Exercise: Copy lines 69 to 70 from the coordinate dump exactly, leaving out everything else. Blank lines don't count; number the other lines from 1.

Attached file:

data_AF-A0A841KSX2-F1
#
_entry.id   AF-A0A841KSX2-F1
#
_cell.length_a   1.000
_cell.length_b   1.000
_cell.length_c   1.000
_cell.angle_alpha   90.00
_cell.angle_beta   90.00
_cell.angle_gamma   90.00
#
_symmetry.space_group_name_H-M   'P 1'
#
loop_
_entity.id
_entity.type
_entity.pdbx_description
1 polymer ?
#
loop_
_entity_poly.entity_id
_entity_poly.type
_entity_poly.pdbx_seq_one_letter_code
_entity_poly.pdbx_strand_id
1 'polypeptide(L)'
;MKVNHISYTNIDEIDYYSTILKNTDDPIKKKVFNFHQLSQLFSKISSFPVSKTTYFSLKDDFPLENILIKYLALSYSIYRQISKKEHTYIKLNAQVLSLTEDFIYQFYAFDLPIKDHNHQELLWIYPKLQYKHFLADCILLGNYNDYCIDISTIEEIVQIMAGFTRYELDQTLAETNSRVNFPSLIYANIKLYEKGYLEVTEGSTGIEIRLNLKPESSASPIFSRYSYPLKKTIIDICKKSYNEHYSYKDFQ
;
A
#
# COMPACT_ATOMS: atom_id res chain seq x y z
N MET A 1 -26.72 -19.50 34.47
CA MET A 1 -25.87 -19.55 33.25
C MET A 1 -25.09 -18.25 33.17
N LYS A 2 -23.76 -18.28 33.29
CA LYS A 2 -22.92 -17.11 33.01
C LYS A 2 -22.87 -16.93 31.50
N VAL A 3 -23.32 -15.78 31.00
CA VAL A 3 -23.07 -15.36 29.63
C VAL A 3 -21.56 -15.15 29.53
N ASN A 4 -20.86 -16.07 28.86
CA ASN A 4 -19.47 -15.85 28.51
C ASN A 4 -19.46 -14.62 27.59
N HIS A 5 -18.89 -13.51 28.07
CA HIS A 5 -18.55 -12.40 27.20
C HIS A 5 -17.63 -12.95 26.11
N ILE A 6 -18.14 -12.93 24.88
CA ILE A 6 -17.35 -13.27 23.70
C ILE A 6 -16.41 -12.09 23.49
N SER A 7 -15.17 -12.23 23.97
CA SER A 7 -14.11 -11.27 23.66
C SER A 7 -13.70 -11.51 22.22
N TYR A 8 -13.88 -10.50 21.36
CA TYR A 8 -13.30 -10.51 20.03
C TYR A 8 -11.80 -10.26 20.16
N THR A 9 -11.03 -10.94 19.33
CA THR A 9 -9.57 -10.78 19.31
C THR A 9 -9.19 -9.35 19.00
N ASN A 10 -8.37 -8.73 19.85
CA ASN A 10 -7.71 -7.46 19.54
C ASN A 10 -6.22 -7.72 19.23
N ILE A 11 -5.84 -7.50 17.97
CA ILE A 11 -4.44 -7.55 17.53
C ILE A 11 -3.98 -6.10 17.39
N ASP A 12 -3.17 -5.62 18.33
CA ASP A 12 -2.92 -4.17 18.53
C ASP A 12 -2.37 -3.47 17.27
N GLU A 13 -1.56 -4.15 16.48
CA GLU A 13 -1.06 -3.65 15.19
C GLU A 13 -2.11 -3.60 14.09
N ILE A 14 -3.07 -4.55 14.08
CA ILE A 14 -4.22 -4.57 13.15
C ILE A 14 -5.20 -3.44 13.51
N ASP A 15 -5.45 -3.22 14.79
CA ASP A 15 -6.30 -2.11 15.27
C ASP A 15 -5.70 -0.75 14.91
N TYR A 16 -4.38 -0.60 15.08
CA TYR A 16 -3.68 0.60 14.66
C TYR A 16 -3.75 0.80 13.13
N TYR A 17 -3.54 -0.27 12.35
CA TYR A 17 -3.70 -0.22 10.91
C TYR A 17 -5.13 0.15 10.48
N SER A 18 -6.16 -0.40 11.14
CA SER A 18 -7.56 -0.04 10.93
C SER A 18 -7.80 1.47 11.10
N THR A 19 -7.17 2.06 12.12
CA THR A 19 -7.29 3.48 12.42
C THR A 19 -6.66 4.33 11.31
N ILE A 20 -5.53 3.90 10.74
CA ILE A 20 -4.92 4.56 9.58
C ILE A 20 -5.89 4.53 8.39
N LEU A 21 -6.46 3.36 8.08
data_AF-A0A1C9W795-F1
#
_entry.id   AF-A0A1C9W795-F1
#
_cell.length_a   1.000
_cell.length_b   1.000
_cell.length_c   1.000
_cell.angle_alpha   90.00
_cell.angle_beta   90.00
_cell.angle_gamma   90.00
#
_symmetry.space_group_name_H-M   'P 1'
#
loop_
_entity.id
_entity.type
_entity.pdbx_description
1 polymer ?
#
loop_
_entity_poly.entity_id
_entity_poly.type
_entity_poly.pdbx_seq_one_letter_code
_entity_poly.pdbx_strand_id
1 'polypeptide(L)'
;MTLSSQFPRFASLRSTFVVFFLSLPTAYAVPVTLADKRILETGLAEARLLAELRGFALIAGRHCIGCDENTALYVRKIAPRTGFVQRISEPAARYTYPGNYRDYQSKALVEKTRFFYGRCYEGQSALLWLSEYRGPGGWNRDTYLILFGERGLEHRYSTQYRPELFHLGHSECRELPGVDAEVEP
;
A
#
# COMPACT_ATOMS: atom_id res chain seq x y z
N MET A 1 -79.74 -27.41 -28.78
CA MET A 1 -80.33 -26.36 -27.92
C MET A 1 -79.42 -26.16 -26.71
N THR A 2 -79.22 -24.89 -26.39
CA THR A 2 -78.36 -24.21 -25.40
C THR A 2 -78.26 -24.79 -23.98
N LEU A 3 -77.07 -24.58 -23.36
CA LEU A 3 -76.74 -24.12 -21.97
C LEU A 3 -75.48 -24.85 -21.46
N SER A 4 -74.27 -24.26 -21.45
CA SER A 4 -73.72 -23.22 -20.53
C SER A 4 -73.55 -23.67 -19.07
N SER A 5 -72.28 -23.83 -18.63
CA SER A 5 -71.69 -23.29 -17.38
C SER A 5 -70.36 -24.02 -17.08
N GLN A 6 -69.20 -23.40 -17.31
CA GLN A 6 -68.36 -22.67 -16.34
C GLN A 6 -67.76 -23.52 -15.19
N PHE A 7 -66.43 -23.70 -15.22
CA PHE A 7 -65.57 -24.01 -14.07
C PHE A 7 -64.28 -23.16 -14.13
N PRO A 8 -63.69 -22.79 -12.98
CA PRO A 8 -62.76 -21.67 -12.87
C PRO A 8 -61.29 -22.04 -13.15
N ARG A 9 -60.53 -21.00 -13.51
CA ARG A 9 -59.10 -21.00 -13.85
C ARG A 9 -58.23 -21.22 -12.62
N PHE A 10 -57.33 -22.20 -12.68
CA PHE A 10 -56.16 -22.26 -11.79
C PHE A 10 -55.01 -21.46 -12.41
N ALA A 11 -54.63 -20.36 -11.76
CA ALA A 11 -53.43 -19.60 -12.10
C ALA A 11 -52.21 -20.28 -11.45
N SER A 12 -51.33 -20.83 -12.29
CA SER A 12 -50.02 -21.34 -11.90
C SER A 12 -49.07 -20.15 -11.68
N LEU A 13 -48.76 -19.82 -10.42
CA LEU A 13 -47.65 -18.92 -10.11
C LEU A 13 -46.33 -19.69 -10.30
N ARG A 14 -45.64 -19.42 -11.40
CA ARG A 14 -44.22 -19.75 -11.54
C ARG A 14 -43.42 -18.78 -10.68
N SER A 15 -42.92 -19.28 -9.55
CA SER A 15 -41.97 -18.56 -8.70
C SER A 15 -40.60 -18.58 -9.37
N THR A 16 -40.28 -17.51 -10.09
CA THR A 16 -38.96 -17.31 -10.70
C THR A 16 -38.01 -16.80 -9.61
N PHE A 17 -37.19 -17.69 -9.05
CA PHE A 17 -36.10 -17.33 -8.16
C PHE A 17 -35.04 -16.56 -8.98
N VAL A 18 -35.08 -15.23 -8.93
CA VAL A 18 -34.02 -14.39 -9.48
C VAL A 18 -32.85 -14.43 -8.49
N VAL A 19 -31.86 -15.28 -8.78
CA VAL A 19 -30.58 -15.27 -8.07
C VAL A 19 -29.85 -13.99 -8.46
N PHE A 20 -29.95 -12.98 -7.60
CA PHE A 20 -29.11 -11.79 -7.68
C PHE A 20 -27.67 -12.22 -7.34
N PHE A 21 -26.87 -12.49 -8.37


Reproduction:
C GLU A 13 -2.11 -3.60 14.09
N ILE A 14 -3.07 -4.55 14.08